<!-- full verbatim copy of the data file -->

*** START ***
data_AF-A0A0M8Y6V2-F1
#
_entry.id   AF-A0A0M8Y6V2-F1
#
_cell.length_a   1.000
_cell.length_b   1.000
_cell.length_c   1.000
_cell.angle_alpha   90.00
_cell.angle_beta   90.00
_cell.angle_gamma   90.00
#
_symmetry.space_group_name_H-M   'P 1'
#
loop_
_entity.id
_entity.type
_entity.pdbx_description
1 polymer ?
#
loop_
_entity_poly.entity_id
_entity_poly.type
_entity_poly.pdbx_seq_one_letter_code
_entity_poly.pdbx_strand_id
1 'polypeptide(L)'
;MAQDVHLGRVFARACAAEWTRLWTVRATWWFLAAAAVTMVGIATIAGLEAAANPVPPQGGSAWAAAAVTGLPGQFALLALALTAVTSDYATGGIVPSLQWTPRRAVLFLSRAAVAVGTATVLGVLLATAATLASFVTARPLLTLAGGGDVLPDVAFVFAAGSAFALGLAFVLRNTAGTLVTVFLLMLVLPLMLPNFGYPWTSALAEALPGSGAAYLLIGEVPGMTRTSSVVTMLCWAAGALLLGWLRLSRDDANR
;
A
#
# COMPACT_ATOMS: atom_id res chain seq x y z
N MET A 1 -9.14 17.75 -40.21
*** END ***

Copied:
data_AF-A0A0M8Y6V2-F1
#
_entry.id   AF-A0A0M8Y6V2-F1
#
_cell.length_a   1.000
_cell.length_b   1.000
_cell.length_c   1.000
_cell.angle_alpha   90.00
_cell.angle_beta   90.00
_cell.angle_gamma   90.00
#
_symmetry.space_group_name_H-M   'P 1'
#
loop_
_entity.id
_entity.type
_entity.pdbx_description
1 polymer ?
#
loop_
_entity_poly.entity_id
_entity_poly.type
_entity_poly.pdbx_seq_one_letter_code
_entity_poly.pdbx_strand_id
1 'polypeptide(L)'
;MAQDVHLGRVFARACAAEWTRLWTVRATWWFLAAAAVTMVGIATIAGLEAAANPVPPQGGSAWAAAAVTGLPGQFALLALALTAVTSDYATGGIVPSLQWTPRRAVLFLSRAAVAVGTATVLGVLLATAATLASFVTARPLLTLAGGGDVLPDVAFVFAAGSAFALGLAFVLRNTAGTLVTVFLLMLVLPLMLPNFGYPWTSALAEALPGSGAAYLLIGEVPGMTRTSSVVTMLCWAAGALLLGWLRLSRDDANR
;
A
#
# COMPACT_ATOMS: atom_id res chain seq x y z
N MET A 1 -9.14 17.75 -40.21